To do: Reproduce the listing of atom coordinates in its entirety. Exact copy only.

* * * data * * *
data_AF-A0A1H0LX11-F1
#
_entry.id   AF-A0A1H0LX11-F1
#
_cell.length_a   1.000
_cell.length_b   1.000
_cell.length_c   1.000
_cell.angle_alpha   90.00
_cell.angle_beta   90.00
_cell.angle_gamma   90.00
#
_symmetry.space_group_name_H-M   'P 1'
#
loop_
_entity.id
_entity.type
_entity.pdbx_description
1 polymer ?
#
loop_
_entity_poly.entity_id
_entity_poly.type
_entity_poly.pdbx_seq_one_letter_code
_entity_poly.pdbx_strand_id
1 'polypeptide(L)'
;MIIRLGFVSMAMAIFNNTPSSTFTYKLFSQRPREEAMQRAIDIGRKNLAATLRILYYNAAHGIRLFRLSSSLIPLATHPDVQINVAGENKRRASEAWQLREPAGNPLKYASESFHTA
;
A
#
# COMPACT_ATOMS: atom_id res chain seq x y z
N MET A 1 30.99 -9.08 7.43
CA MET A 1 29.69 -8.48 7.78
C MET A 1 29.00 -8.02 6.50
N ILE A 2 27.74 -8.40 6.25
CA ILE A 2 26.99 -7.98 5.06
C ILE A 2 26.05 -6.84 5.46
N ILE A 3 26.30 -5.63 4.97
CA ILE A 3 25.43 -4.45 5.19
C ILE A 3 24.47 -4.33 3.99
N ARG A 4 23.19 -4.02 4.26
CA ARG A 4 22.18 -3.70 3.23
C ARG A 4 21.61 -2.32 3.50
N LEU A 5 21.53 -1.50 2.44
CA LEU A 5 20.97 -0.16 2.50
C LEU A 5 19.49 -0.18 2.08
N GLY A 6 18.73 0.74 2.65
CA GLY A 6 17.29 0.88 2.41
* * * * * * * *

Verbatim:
data_AF-A0A1H0LX11-F1
#
_entry.id   AF-A0A1H0LX11-F1
#
_cell.length_a   1.000
_cell.length_b   1.000
_cell.length_c   1.000
_cell.angle_alpha   90.00
_cell.angle_beta   90.00
_cell.angle_gamma   90.00
#
_symmetry.space_group_name_H-M   'P 1'
#
loop_
_entity.id
_entity.type
_entity.pdbx_description
1 polymer ?
#
loop_
_entity_poly.entity_id
_entity_poly.type
_entity_poly.pdbx_seq_one_letter_code
_entity_poly.pdbx_strand_id
1 'polypeptide(L)'
;MIIRLGFVSMAMAIFNNTPSSTFTYKLFSQRPREEAMQRAIDIGRKNLAATLRILYYNAAHGIRLFRLSSSLIPLATHPDVQINVAGENKRRASEAWQLREPAGNPLKYASESFHTA
;
A
#
# COMPACT_ATOMS: atom_id res chain seq x y z
N MET A 1 30.99 -9.08 7.43
CA MET A 1 29.69 -8.48 7.78
C MET A 1 29.00 -8.02 6.50
N ILE A 2 27.74 -8.40 6.25
CA ILE A 2 26.99 -7.98 5.06
C ILE A 2 26.05 -6.84 5.46
N ILE A 3 26.30 -5.63 4.97
CA ILE A 3 25.43 -4.45 5.19
C ILE A 3 24.47 -4.33 3.99
N ARG A 4 23.19 -4.02 4.26
CA ARG A 4 22.18 -3.70 3.23
C ARG A 4 21.61 -2.32 3.50
N LEU A 5 21.53 -1.50 2.44
CA LEU A 5 20.97 -0.16 2.50
C LEU A 5 19.49 -0.18 2.08
N GLY A 6 18.73 0.74 2.65
CA GLY A 6 17.29 0.88 2.41